Inthis book, Laurence Roth argues that the popular genre of Jewish detective stories offers new insights into the construction of ethnic and religious identity. Roth frames his study with the concept of “kosher hybridity” to look at the complex process of mediation between Jewish and American culture in which Jewish writers voice the desire to be both different from and yet the same as other Americans. He argues that the detective story, located at the intersection of narrative and popular culture in modern America, examines the need for order in a disorderly society, and thus offers a window into the negotiation of Jewish identity differing from that of literary fiction. The writers of these popular cultural texts, which are informed by contradiction and which thrive on intended and unintended ironies, formulate idioms for American Jewish identities that intentionally and unintentionally create social, ethnic, and religious syntheses in American Jewish life. Roth examines stories about American Jewish detectives—including Harry Kemelman’s Rabbi Small, Faye Kellerman’s Peter Decker and Rina Lazarus, Stuart Kaminsky’s Abe Lieberman, and Rochelle Krich’s Jessica Drake—not only as a genre of literature but also as a reflection of contemporary acculturation in the American Jewish popular arts.
Jewish in America
Sara Blair and Jonathan Freedman, Editors University of Michigan Press, 2004 Library of Congress PS508.J4J48 2004 | Dewey Decimal 810.808924
"Jewish culture in America is creating a genuinely new archive---a powerful admixture of texts old and new, Jewish and gentile, sacred and secular, on which our writers and critics offer creative commentary and to which they make compelling response. Shaped in the American crucible of race and ethnicity, pushed and pulled by the American traditions of ahistorical and individualist thinking, empowered by a powerful sacramental and hermeneutic tradition yet challenged by that tradition's stunning variety of inflections, impelled to furious response by world crisis, these writers testify not only to the anguishing and joyous complexity of being Jewish in America, but the creative energies such multiplicity generates."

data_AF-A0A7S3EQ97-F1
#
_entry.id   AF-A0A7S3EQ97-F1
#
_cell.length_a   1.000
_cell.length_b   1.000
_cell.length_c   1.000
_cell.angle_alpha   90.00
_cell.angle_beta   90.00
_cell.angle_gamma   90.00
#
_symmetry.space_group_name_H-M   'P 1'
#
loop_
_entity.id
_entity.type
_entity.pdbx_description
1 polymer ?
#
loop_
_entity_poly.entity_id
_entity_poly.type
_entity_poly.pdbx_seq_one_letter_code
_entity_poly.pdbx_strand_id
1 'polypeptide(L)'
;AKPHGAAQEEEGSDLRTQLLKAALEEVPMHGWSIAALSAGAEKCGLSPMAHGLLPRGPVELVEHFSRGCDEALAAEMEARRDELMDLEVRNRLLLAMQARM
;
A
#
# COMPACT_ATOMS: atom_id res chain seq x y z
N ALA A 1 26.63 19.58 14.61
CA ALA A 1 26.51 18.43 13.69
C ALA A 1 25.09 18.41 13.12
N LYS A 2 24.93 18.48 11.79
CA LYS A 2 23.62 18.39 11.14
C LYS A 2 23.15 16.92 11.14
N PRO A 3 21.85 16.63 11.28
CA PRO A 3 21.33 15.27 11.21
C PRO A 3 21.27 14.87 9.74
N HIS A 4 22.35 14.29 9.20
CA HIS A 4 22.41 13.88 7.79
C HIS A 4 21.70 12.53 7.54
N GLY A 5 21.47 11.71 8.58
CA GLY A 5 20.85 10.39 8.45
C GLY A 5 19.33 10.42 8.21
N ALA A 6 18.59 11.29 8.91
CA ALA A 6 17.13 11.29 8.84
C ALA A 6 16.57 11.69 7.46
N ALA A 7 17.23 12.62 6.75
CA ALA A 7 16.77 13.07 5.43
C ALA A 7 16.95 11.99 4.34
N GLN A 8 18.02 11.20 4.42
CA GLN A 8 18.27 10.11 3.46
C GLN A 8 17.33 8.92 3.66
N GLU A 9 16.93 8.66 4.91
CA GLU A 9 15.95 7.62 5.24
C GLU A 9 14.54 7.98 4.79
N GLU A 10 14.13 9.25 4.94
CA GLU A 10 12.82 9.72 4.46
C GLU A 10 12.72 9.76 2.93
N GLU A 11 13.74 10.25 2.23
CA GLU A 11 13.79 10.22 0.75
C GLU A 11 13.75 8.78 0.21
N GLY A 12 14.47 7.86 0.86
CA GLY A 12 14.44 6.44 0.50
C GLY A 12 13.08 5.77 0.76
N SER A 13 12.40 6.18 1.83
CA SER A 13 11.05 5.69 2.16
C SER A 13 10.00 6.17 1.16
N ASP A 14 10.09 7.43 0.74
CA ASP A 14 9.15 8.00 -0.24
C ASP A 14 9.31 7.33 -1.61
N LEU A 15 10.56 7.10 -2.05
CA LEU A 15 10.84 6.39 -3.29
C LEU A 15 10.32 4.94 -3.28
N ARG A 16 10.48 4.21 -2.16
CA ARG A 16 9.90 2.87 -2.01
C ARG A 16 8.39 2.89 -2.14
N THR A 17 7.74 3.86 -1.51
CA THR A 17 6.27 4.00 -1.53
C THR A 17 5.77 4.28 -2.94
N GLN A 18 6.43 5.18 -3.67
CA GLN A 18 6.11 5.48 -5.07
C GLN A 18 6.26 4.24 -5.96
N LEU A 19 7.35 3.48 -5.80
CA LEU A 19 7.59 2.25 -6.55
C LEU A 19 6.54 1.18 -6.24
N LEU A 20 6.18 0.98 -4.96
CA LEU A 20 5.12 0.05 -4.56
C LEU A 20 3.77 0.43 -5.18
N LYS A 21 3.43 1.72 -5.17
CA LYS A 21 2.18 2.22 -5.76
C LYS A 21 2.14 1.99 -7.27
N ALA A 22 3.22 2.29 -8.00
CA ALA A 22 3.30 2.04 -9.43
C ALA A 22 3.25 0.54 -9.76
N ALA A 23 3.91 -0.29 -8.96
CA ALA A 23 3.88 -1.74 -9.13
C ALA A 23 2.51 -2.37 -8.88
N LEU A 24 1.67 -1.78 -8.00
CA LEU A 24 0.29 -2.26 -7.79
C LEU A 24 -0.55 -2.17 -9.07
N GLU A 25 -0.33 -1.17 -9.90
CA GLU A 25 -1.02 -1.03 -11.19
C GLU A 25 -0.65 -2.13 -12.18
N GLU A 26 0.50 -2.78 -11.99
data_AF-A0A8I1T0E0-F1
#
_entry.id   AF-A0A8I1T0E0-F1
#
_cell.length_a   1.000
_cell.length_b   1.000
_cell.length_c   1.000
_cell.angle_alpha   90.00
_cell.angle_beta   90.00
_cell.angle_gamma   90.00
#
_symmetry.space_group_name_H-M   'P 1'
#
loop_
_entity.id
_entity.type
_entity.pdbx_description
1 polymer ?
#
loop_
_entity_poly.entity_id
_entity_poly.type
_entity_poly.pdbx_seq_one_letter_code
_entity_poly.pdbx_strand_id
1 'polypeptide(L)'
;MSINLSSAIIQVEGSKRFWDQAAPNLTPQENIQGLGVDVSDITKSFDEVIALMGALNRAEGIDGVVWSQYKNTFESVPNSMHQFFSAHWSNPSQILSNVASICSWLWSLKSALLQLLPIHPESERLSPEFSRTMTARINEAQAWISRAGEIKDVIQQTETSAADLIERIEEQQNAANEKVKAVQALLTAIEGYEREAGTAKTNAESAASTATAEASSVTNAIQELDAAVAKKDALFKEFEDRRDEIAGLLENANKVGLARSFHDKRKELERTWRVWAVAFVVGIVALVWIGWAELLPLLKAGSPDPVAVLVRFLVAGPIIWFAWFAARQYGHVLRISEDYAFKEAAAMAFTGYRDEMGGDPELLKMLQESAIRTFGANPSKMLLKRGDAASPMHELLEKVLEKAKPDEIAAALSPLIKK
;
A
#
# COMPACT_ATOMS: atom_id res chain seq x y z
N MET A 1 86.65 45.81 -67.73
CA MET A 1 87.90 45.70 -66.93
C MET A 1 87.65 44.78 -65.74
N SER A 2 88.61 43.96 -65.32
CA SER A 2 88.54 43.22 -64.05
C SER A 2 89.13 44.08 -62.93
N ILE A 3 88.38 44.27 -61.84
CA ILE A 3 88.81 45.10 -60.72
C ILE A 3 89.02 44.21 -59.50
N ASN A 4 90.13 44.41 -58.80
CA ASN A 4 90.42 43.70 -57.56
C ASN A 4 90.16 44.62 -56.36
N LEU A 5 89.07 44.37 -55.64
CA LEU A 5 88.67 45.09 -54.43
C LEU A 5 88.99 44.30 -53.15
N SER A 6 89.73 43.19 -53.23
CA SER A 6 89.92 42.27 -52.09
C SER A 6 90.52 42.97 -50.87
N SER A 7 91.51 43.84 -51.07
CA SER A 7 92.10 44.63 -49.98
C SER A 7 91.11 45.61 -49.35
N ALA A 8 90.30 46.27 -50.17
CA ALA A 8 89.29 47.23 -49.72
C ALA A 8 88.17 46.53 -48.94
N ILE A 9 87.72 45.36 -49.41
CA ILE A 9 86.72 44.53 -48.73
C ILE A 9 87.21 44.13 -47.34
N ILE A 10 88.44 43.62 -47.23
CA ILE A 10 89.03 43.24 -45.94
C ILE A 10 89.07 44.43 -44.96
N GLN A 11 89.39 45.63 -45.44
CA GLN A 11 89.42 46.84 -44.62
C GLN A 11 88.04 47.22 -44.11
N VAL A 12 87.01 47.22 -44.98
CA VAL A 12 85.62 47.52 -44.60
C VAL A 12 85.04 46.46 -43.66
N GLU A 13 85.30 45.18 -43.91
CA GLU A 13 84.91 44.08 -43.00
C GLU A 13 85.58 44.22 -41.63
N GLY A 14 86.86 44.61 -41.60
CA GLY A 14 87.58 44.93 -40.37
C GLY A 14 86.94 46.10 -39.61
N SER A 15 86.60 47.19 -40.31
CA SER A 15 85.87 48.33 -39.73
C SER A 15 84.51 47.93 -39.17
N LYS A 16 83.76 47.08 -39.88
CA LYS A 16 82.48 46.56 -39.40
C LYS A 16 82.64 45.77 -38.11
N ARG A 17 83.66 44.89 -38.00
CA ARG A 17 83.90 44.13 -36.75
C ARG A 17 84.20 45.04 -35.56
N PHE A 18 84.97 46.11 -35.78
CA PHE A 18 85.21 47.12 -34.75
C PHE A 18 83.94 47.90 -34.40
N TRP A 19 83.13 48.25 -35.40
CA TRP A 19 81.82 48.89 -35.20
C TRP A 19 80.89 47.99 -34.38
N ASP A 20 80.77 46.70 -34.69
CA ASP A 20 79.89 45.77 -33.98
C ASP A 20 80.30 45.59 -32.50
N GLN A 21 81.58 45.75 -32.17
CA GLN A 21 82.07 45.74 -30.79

-From the Introduction
This rare and original work of cultural studies offers uncommon and engaging perspectives-as well as provocative and humorous insights-on what it means to be Jewish in America.
Jewish in America features poetry, art, essays, and stories from an impressive and respected list of contributors, including among others Stephen Greenblatt, Richard Kostelanetz, Jacqueline Osherow, Robert Pinsky, Sharon Pomerantz, Nancy Reisman, Grace Schulman, Louis Simpson, Alisa Solomon, and Stephen J. Whitfield.
In addition to pieces by some of the country's leading writers, the book features a stunning gallery of original photographs that transport the viewer from the crowded Coney Island beaches of the 1940s to the landscapes of Oaxaca, Mexico in the 1990s.
When he learned he had ALS and roughly two years to live, literary critic Mark Krupnick returned to the writers who had been his lifelong conversation partners and asked with renewed intensity: how do you live as a Jew, when, mostly, you live in your head? The evocative and sinuous essays collected here are the products of this inquiry. In his search for durable principles, Krupnick follows Lionel Trilling, Cynthia Ozick, Geoffrey Hartman, Philip Roth, Saul Bellow, and others into the elemental matters of life and death, sex and gender, power and vulnerability.
The editors—Krupnick’s wife, Jean K. Carney, and literary critic Mark Shechner—have also included earlier essays and introductions that link Krupnick’s work with the “deep places” of his own imagination.